Attendance fell sharply, however, after the German tabloid BILD published a photograph on January 21 of PEGIDA founder Lutz Bachmann sporting an Adolf Hitler-style haircut and moustache. The newspaper also reported on Facebook posts in which Bachmann referred to asylum seekers as "trash"and "filth."
PEGIDA's detractors in the German media jumped on the revelations, which they said proved that the movement is fundamentally racist.
Bachmann stepped down as PEGIDA leader immediately after the photograph was published. "I am sorry that I have damaged the interests of our movement," he said. "I sincerely apologize to anyone who has felt attacked by my online postings. They were comments made without serious reflection, which I would no longer express today."
Less than one week later, however, PEGIDA effectively imploded when the group's spokeswoman, Kathrin Oertel, and four other leaders announced they also were leaving the group to form their own movement, Direct Democracy for Europe (Direkte Demokratie für Europa). They said that from now on, their focus would be to seek ways to increase voter participation rather than to protest the Islamization of Germany.
Direct Democracy's first rally was held in Dresden on February 8, but only 500 people attended, far fewer than the 5,000 that Oertel had expected; Oertel shuttered her group on March 11.
Meanwhile, in late February it emerged that Bachmann had been reinstated as one of three directors of PEGIDA. Since then, the group has invited well-known Islam critics -- including René Stadtkewitz, a German center-right politician who founded the German Freedom Party (Die Freiheit) -- to speak at PEGIDA rallies. But attendance numbers have not recovered to those seen during the group's pre-scandal heyday.
Only 2,900 people showed up at a Dresden rally held on March 30, while 7,100 attended a rally held on April 6, when PEGIDA announced that it would be fielding Tatjana Festerling, a former politician with the euroskeptic Alternative for Germany (AfD) party, as a candidate to run for mayor of Dresden in elections set for June 7.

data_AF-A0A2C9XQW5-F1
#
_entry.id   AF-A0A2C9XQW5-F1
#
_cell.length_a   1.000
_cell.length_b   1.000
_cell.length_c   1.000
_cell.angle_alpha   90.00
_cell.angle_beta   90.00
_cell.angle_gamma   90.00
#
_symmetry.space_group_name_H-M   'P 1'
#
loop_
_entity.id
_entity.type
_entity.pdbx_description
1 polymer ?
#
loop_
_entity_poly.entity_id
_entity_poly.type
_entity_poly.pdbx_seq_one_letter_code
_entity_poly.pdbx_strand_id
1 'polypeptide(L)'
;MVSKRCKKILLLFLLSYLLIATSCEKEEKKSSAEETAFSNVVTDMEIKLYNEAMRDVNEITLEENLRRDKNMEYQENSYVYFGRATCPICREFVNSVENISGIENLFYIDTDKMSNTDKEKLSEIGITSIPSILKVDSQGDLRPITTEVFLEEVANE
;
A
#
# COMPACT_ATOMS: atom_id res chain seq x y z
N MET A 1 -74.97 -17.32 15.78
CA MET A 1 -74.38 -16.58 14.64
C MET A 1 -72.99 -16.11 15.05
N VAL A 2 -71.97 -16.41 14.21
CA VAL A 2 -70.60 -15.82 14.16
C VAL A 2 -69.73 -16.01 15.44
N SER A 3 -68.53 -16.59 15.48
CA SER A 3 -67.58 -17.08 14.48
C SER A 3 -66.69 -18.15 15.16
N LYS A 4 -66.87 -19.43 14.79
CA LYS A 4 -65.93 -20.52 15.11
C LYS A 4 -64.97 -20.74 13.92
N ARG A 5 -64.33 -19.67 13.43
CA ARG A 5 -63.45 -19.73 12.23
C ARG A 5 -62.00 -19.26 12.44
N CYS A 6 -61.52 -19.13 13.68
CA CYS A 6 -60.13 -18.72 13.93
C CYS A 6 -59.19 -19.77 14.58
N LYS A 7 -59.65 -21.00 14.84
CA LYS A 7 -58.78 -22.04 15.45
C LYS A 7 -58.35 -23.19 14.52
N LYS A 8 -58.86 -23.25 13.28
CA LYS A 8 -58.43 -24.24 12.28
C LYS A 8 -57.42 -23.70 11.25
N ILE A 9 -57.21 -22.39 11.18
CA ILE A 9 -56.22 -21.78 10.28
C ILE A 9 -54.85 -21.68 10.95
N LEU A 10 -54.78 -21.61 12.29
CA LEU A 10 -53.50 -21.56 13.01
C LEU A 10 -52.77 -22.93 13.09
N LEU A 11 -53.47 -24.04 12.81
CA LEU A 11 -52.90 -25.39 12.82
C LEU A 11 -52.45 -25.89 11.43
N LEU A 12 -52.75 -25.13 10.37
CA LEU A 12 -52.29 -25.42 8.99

Festerling was ousted from the AfD after she spoke out in favor of the "Hooligans versus Salafists" protest movement, which saw thousands of German football hooligans gather in the western city of Cologne in October 2014 to protest the spread of radical Islam in the country.
In announcing Festerling's candidacy, Bachmann said that this election was a "historic chance," one that would "set the direction for future elections across Germany and the rest of Europe." Festerling's performance in the mayoral elections for Dresden, which has 400,000 registered voters, will be viewed as an indicator of how large PEGIDA's following really is.
Meanwhile, PEGIDA offshoots have emerged across Germany, including: Bavaria (BAGIDA), Berlin (BAERGIDA), Cologne (KöGIDA), Hamburg (HAGIDA), Kassel (KAGIDA), Leipzig (LEGIDA), Rostock (ROGIDA), Südthüringen (SüGIDA) and Würzburg (WüGIDA).
With varying degrees of success, PEGIDA has also branched out into other European countries, including Austria, Belgium, Britain, Bulgaria, the Czech Republic, Denmark, France, Norway, Poland, Spain and Sweden.
At the same time, a branch of PEGIDA has sprung up in Australia. More than 20,000 people attended "Reclaim Australia" rallies held in 16 different cities across the country on April 4 to protest the spread of Sharia law and Islamic extremism.
Still, the lackluster turnout for Wilders's speech in Dresden represents a significant blow for PEGIDA's efforts to rebuild itself as a meaningful protest movement in Germany.
In a March 30 interview with the Austrian newsmagazine Profil, Wilders said that PEGIDA-founder Lutz Bachmnan's decision to dress up like Adolf Hitler was "very stupid of him." Wilders added: "But, we all make mistakes."
That may be true, but the German academic, political and media establishment has been engaged in a no-holds-barred campaign aimed at portraying PEGIDA as right wing extremist group. Ralf Jäger, the Interior Minister of the German state of North Rhine-Westphalia, recently referred to the leaders of PEGIDA as "neo-Nazis in pinstripes," while Markus Ulbig, the Interior Minister of the German state of Saxony, characterized them as "rat catchers" (Rattenfänger).
It seems clear that ordinary Germans, including those with legitimate concerns about the spread of Islam in their country, are reluctant to identify publicly with PEGIDA, even if they privately support the cause.
While it may be too soon to write PEGIDA off as a failure, the group is unlikely to build the influence necessary to force meaningful change in German policy-making.
Soeren Kern is a Senior Fellow at the New York-based Gatestone Institute. He is also Senior Fellow for European Politics at the Madrid-based Grupo de Estudios Estratégicos / Strategic Studies Group. Follow him on Facebook and on Twitter.